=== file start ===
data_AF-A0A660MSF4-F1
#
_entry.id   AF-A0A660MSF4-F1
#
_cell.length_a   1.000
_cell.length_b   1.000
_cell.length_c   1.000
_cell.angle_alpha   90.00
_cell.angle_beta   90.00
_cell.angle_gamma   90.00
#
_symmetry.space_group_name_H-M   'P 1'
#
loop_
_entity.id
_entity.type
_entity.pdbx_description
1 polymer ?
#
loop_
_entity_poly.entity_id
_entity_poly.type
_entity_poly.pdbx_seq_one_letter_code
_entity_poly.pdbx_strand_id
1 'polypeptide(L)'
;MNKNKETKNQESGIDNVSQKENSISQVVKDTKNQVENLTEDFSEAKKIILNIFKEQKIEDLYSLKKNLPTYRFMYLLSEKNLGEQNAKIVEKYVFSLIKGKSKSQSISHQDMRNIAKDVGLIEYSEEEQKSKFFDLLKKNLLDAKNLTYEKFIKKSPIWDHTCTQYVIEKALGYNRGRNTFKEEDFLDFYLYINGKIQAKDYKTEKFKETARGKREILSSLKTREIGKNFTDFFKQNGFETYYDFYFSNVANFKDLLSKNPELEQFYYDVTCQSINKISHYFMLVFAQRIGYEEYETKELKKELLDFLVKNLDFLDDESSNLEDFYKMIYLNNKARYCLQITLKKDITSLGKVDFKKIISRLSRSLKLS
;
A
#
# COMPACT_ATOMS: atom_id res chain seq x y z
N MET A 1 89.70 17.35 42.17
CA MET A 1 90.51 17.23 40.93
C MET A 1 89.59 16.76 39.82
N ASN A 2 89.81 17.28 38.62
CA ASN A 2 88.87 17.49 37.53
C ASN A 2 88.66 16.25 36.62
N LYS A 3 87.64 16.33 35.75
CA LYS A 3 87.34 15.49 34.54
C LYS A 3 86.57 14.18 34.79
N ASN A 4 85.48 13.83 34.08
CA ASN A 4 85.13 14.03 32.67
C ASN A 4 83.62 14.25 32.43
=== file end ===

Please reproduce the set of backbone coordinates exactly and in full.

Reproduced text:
data_AF-A0A660MSF4-F1
#
_entry.id   AF-A0A660MSF4-F1
#
_cell.length_a   1.000
_cell.length_b   1.000
_cell.length_c   1.000
_cell.angle_alpha   90.00
_cell.angle_beta   90.00
_cell.angle_gamma   90.00
#
_symmetry.space_group_name_H-M   'P 1'
#
loop_
_entity.id
_entity.type
_entity.pdbx_description
1 polymer ?
#
loop_
_entity_poly.entity_id
_entity_poly.type
_entity_poly.pdbx_seq_one_letter_code
_entity_poly.pdbx_strand_id
1 'polypeptide(L)'
;MNKNKETKNQESGIDNVSQKENSISQVVKDTKNQVENLTEDFSEAKKIILNIFKEQKIEDLYSLKKNLPTYRFMYLLSEKNLGEQNAKIVEKYVFSLIKGKSKSQSISHQDMRNIAKDVGLIEYSEEEQKSKFFDLLKKNLLDAKNLTYEKFIKKSPIWDHTCTQYVIEKALGYNRGRNTFKEEDFLDFYLYINGKIQAKDYKTEKFKETARGKREILSSLKTREIGKNFTDFFKQNGFETYYDFYFSNVANFKDLLSKNPELEQFYYDVTCQSINKISHYFMLVFAQRIGYEEYETKELKKELLDFLVKNLDFLDDESSNLEDFYKMIYLNNKARYCLQITLKKDITSLGKVDFKKIISRLSRSLKLS
;
A
#
# COMPACT_ATOMS: atom_id res chain seq x y z
N MET A 1 89.70 17.35 42.17
CA MET A 1 90.51 17.23 40.93
C MET A 1 89.59 16.76 39.82
N ASN A 2 89.81 17.28 38.62
CA ASN A 2 88.87 17.49 37.53
C ASN A 2 88.66 16.25 36.62
N LYS A 3 87.64 16.33 35.75
CA LYS A 3 87.34 15.49 34.54
C LYS A 3 86.57 14.18 34.79
N ASN A 4 85.48 13.83 34.08
CA ASN A 4 85.13 14.03 32.67
C ASN A 4 83.62 14.25 32.43